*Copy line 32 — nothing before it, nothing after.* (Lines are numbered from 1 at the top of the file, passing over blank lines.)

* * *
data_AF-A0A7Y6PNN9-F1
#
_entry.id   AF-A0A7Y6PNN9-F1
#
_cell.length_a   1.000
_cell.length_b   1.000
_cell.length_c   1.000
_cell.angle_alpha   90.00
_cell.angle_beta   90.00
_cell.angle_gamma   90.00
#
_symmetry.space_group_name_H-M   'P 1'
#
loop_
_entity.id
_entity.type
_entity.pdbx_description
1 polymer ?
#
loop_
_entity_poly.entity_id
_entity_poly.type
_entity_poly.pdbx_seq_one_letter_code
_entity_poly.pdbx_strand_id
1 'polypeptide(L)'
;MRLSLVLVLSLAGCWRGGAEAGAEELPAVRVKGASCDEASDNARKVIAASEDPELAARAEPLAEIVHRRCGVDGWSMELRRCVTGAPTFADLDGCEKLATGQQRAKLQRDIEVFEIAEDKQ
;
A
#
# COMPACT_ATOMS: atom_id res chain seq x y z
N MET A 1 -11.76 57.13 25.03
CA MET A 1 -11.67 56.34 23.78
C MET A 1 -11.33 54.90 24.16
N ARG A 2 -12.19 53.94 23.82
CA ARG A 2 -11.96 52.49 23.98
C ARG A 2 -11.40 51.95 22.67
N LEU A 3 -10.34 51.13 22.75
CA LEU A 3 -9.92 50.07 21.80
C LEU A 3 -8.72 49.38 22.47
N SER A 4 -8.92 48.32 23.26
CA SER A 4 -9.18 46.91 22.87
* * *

CA MET A 1 -11.67 56.34 23.78